Welcome to the “New Turkey”

Hay Eytan Cohen Yanarocak discusses the response in Turkish social media to the election of Reccip Tayyip Erdoğan to the Turkish presidency.

Prime Minister of Turkey Recep Tayyip Erdoğan was elected to the presidency on August 10, after defeating the heterogeneous alliance that had rallied around the candidacy of Ekmeleddin İhsanoğlu. Erdoğan‎ won a majority of 51.79% of the vote, and thus managed to avoid a second round of elections. Interestingly, Turkish social media networks played a crucial role in both the election campaign and the in aftermath of the elections. Many Turkish analysts predicted Erdoğan’s victory, in light of the broad support that he received on social networking sites, while his supporters celebrated his victory there as well.  In the spirit of the constitutional role of the Turkish President as the “supreme commander of the Turkish state,” analysts displayed the slogan “Commander-in-Chief Recep Tayyip Erdoğan‎.”

In accordance with state protocol, immediately after the victory celebrations in the capital, Erdoğan visited the‎ grave of the founder of the Republic, Mustafa Kemal Atatürk. In the spirit of tradition, Erdoğan‎ was asked to write in the memorial book at the mausoleum. “The relationship between the people and its President was truncated after your death,” Erdoğan‎ wrote. He added that,  “Today, with my election to the presidency by the people, the break is ended. Today a ‘new Turkey’ was born ...”

Erdoğan’s words are very important for a number of reasons. First, they indicate that, even at such a key moment, he refrained from attacking Atatürk, who is highly respected in Turkey’s collective memory. Instead, Erdoğan preferred to criticize Atatürk’s successors. Second, the slogan “New Turkey,” though used during Erdoğan‎’s previous campaign for prime minister, was now reinforced by his overwhelming victory in the presidential election. Furthermore, the location itself was especially weighted with symbolism. After all, Atatürk’s tomb represents the very heart of the “old Turkey.” In these circumstances, the slogan also echoed on SNS. His supporters called him “the founder of the new Turkey” and “our leader R. T. Erdoğan‎,” while his Kemalist opponents angrily retorted that “the Turkish Republic has only one founder, Atatürk.”

Erdoğan’s somewhat pretentious claim to be the founder of the “New Turkey,” and the resultant SNS controversy, both point to the importance of charismatic leadership in Turkish culture. If during the First Republic an entire nation united around Atatürk, who was cloaked with the image of an invincible leader on the battlefield, it is today gathered around Erdoğan, who is emerging as an invincible leader in the political arena.‎ In recent years, Erdoğan‎ managed to successfully extricate himself from a series of challenges, including the Ergenekon affair (2007-2013), the riots in Gezi Park (2013), and a number of embarrassing corruption scandals at the highest levels (2013). Erdoğan, together with his supporters, were able to frame these as an attempted coup planned by the collusion of the reactionary military, secularists with international backing, and lastly his old ally Fethullah Gülen. His sweeping victory in the presidential election is therefore proof that the Turkish people choose to believe their leader, so that he could continue to lead.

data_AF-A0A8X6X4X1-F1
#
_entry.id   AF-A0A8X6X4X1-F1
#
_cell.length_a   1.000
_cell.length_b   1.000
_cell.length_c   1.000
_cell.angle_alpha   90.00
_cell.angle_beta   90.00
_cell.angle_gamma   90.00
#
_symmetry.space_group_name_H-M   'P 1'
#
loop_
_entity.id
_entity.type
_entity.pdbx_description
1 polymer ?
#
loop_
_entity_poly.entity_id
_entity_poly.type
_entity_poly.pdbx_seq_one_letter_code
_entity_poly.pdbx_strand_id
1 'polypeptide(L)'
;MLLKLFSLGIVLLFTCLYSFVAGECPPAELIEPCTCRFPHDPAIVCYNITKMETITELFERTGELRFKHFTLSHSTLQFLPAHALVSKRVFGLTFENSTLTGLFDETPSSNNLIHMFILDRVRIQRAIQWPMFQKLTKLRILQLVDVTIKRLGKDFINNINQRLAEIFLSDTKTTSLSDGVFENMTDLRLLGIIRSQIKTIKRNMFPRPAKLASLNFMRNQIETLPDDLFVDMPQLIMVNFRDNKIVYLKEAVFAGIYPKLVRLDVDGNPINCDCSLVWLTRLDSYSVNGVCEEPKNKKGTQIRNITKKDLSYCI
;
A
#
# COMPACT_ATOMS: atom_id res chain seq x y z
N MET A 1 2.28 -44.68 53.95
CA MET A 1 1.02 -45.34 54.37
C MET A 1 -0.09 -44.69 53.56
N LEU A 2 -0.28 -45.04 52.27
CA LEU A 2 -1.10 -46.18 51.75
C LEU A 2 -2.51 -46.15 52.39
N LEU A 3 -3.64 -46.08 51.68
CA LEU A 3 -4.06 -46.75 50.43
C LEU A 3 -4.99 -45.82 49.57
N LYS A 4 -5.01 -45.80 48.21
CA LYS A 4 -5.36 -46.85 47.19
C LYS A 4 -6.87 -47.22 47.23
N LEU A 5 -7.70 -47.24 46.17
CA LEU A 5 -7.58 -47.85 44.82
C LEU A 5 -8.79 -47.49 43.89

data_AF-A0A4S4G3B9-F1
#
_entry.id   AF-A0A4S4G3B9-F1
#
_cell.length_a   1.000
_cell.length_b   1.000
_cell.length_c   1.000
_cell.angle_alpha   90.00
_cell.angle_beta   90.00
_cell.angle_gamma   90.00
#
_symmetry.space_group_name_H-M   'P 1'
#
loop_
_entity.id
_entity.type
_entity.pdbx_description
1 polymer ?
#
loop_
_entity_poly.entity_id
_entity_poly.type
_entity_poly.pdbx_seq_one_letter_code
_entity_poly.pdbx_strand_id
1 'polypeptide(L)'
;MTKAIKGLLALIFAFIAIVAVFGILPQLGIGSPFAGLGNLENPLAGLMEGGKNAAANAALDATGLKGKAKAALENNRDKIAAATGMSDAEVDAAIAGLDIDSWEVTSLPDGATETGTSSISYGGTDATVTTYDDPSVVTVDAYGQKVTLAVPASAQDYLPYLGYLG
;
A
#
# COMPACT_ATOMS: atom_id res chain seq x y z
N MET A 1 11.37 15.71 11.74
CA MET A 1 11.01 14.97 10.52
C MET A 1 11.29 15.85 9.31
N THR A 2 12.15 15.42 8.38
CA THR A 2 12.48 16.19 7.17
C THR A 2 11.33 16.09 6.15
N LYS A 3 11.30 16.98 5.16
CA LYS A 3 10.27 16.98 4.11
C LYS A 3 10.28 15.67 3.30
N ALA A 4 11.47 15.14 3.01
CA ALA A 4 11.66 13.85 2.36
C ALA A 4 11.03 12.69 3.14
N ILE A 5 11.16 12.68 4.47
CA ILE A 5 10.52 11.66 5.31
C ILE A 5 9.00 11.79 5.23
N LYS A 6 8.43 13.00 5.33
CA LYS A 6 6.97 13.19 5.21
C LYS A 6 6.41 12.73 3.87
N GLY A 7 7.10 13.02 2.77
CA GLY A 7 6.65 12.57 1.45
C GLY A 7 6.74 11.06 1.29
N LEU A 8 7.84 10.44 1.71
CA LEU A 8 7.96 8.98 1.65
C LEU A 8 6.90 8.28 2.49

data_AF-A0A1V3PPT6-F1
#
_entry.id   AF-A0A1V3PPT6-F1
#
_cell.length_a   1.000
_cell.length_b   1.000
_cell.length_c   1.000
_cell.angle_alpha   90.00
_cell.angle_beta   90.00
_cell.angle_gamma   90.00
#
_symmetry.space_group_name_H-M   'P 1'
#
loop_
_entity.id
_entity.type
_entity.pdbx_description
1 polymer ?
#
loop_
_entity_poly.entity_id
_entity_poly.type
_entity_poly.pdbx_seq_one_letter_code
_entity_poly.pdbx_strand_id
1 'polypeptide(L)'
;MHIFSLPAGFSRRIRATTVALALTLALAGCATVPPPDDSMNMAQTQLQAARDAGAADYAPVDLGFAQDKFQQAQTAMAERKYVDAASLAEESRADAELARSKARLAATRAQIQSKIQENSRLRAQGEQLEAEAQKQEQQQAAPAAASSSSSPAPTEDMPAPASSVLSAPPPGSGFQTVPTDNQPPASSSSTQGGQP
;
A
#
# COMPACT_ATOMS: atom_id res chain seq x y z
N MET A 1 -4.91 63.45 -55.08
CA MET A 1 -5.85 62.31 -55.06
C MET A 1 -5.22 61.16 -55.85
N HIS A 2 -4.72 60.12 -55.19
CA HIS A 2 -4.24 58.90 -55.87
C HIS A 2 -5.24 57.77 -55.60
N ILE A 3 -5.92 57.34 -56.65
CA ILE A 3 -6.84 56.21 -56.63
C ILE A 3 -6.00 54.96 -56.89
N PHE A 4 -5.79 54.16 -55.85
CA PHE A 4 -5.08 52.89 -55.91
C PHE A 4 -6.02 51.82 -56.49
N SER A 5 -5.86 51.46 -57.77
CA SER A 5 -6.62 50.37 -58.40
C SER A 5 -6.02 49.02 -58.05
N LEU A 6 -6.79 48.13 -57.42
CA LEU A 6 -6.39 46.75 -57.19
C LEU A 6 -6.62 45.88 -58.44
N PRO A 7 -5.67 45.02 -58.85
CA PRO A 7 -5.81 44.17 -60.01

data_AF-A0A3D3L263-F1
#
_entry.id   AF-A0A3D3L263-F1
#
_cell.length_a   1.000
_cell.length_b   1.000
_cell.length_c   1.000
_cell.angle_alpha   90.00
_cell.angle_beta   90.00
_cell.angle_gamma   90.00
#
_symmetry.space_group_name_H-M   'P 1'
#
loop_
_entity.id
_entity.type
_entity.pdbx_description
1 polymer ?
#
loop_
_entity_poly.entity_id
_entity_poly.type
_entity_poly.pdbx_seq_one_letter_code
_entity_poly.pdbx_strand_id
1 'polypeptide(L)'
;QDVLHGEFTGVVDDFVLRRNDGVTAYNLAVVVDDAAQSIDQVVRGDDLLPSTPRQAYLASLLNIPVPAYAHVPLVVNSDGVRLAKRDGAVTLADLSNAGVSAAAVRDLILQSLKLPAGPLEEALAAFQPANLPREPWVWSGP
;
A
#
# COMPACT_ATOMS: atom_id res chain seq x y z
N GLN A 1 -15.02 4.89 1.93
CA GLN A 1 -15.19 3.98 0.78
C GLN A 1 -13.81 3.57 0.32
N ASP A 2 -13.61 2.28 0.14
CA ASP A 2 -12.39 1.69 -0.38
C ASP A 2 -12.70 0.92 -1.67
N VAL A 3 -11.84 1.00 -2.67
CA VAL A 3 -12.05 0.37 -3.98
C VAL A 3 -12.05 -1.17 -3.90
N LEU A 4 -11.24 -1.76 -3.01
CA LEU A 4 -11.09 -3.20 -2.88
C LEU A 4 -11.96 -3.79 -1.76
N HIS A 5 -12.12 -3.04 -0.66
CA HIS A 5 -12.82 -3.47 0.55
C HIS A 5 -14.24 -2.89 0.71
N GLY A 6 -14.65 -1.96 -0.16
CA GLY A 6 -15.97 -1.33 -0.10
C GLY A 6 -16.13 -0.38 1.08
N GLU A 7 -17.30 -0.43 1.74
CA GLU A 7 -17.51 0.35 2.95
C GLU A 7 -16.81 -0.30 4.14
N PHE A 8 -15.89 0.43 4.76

Further evidence of the institutionalization of Erdoğan’s power in Turkey is the imminent dedication of a new presidential residence, called the White Palace (Ak Saray.)  The old presidential residence, Çankaya Köşkü, has served as the residence of Atatürk and all subsequent presidents of Turkey. Therefore the new palace represents an additional marginalization of the Kemalist legacy and ‘old Turkey’; it is tangible evidence of this shift. 

Another important political development that occupied the SNS is the selection of Foreign Minister Ahmet Davutoğlu as prime minister, probably at the expense of the incumbent, President Abdullah Gül. This does not surprise commentators, who have noted a deep rift between Erdoğan and Gül since the Gezi Park riots. Erdoğan’s harsh behavior during the riots and his ongoing conflict with Fethullah Gülen collided with the conciliatory line taken by Gül. On the other hand, Erdoğan’s actions had the implicit support of Davutoğlu, who spoke strongly against any phenomenon that would destabilize Erdoğan’s rule. Moreover, Davutoğlu is an academic, with significant influence on the educated young people in AKP, who are considered the party’s future. He is popular because of his support for the lower classes and is esteemed by the public for his tough foreign policy vis-à-vis Cairo, Damascus and Jerusalem. All these factors played a role in Davutoğlu’s selection. Meanwhile, Erdoğan’s supporters were quick to embrace and praise the new prime minister, and hailed him as “the teacher” (Hoca).

Erdogan’s victory in his campaign for the presidency is both significant and symbolic, and the appointment of Davutoğlu without significant opposition within the party or other public arenas is proof that most Turks are united around their apparently invincible leader. Rallying around a strong leader is an expression of contemporary Turkish political culture; this reflects disgust and perhaps even trauma caused by the prevailing political and economic instability of the 1990s. That instability has produced a longing for a strong leader and more centralized power. Indeed, most of the parties that participated in the coalition prior to the ascent of AKP in 2002, have been punished for voters at the ballot box. The mood of the Turkish street shows, therefore, that Turkey is in the midst of a centralization process with ramifications at once for the political, social, media and economic arenas.